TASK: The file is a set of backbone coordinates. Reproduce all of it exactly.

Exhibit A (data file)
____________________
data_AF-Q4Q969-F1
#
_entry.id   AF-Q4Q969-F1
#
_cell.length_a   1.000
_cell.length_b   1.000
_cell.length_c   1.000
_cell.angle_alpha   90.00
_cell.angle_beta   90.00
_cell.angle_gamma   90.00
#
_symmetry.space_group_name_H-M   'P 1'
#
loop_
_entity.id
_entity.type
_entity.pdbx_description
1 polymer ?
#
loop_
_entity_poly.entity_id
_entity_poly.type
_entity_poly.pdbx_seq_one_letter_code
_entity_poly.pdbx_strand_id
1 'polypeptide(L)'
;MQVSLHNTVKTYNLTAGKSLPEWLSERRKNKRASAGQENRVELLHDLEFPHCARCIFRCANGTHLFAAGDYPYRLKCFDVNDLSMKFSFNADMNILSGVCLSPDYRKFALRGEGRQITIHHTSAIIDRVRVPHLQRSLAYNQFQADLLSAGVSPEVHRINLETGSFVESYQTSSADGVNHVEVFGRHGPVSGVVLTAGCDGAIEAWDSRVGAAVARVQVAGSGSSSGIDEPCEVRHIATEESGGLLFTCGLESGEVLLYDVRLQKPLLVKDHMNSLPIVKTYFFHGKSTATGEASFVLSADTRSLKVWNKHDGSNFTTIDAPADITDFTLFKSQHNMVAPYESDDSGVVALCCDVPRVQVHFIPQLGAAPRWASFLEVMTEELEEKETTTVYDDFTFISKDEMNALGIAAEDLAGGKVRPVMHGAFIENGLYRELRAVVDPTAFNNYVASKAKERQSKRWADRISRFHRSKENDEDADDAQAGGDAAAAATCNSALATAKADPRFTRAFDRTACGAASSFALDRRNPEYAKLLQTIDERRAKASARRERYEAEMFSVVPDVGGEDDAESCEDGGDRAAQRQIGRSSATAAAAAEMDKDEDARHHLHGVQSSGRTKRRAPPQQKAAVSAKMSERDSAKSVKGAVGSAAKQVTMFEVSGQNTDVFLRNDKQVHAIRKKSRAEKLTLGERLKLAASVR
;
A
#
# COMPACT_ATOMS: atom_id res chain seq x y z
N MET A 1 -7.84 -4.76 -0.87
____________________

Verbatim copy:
data_AF-Q4Q969-F1
#
_entry.id   AF-Q4Q969-F1
#
_cell.length_a   1.000
_cell.length_b   1.000
_cell.length_c   1.000
_cell.angle_alpha   90.00
_cell.angle_beta   90.00
_cell.angle_gamma   90.00
#
_symmetry.space_group_name_H-M   'P 1'
#
loop_
_entity.id
_entity.type
_entity.pdbx_description
1 polymer ?
#
loop_
_entity_poly.entity_id
_entity_poly.type
_entity_poly.pdbx_seq_one_letter_code
_entity_poly.pdbx_strand_id
1 'polypeptide(L)'
;MQVSLHNTVKTYNLTAGKSLPEWLSERRKNKRASAGQENRVELLHDLEFPHCARCIFRCANGTHLFAAGDYPYRLKCFDVNDLSMKFSFNADMNILSGVCLSPDYRKFALRGEGRQITIHHTSAIIDRVRVPHLQRSLAYNQFQADLLSAGVSPEVHRINLETGSFVESYQTSSADGVNHVEVFGRHGPVSGVVLTAGCDGAIEAWDSRVGAAVARVQVAGSGSSSGIDEPCEVRHIATEESGGLLFTCGLESGEVLLYDVRLQKPLLVKDHMNSLPIVKTYFFHGKSTATGEASFVLSADTRSLKVWNKHDGSNFTTIDAPADITDFTLFKSQHNMVAPYESDDSGVVALCCDVPRVQVHFIPQLGAAPRWASFLEVMTEELEEKETTTVYDDFTFISKDEMNALGIAAEDLAGGKVRPVMHGAFIENGLYRELRAVVDPTAFNNYVASKAKERQSKRWADRISRFHRSKENDEDADDAQAGGDAAAAATCNSALATAKADPRFTRAFDRTACGAASSFALDRRNPEYAKLLQTIDERRAKASARRERYEAEMFSVVPDVGGEDDAESCEDGGDRAAQRQIGRSSATAAAAAEMDKDEDARHHLHGVQSSGRTKRRAPPQQKAAVSAKMSERDSAKSVKGAVGSAAKQVTMFEVSGQNTDVFLRNDKQVHAIRKKSRAEKLTLGERLKLAASVR
;
A
#
# COMPACT_ATOMS: atom_id res chain seq x y z
N MET A 1 -7.84 -4.76 -0.87